Monday, January 7, 2013

The puzzling evolution of income inequality

There is good evidence now that income inequality is decreasing in some countries at an unprecedented pace. Income is the outcome of a series of factors, including human capital. So, what is happening with the human capital inequality? And what about countries?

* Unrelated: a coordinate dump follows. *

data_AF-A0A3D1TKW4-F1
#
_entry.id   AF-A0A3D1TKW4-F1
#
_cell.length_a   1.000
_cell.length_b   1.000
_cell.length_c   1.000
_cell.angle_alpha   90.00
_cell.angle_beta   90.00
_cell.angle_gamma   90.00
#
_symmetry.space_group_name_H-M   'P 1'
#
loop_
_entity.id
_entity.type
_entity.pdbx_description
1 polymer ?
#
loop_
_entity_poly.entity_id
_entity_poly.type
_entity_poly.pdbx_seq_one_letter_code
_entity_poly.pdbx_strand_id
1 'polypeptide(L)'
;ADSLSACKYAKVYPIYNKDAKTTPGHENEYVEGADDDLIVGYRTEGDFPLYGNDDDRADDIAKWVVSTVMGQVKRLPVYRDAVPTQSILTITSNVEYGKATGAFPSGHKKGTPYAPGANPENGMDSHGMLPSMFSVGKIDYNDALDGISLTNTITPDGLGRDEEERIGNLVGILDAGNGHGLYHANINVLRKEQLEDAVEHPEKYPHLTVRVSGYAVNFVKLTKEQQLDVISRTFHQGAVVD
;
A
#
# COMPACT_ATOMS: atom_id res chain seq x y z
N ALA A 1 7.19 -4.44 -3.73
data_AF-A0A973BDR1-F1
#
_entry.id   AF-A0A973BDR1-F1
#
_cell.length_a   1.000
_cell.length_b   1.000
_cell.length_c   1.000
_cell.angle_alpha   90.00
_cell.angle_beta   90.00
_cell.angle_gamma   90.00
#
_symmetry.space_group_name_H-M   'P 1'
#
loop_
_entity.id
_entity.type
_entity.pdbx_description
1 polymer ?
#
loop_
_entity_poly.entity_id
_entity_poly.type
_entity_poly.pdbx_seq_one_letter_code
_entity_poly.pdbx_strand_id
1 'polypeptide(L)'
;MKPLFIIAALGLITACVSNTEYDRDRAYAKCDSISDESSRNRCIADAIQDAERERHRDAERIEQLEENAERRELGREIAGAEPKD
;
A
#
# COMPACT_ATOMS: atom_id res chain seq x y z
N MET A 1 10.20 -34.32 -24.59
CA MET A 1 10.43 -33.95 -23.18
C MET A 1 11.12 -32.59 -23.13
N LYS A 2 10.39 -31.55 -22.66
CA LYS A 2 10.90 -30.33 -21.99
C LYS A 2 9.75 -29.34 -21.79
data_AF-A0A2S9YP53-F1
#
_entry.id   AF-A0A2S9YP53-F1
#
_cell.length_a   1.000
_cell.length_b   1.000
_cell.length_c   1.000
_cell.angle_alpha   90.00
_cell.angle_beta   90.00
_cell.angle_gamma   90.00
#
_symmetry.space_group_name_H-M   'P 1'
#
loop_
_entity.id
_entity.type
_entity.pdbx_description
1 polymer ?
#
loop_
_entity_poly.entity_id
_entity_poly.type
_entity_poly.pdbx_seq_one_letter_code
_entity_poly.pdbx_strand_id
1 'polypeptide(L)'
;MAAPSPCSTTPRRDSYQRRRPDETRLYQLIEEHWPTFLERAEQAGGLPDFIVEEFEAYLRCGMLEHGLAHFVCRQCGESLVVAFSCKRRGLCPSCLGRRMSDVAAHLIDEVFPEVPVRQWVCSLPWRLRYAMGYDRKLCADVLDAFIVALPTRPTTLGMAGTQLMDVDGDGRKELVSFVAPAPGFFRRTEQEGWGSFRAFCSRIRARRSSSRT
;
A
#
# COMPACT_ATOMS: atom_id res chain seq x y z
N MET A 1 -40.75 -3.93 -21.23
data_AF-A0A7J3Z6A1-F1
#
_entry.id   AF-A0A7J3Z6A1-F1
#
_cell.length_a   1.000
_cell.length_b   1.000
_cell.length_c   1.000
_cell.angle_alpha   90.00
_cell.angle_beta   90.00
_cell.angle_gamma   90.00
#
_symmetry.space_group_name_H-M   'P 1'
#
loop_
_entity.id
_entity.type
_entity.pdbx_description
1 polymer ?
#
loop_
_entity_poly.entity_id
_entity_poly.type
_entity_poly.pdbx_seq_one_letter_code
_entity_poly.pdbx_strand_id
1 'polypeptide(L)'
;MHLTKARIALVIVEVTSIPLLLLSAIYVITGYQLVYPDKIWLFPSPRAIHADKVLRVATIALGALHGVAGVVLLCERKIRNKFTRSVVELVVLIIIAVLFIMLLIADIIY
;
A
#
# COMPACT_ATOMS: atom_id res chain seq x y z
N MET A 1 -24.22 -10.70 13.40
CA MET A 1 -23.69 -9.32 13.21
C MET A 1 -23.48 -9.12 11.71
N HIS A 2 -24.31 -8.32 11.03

Amparo Castelló-Climent and Rafael Doménech use the latest update of the Barro and Lee dataset on human capital to figure this out. They find that overall, income inequality has not changed in sixty years, but human capital inequality has significantly decreased. This has come through important improvements at the bottom of the distribution. The authors conclude that improvements in literacy are not sufficient to reduce income inequality. I would say that this is even worse. Indeed, the Barro and Lee dataset only counts years of education. But we know that the marginal contribution of an additional year of education decreases over an individual's schooling career. Thus improvements in literacy in developing countries should have had even better results in terms of income. At the aggregate level, the authors show the opposite, though. Puzzling.

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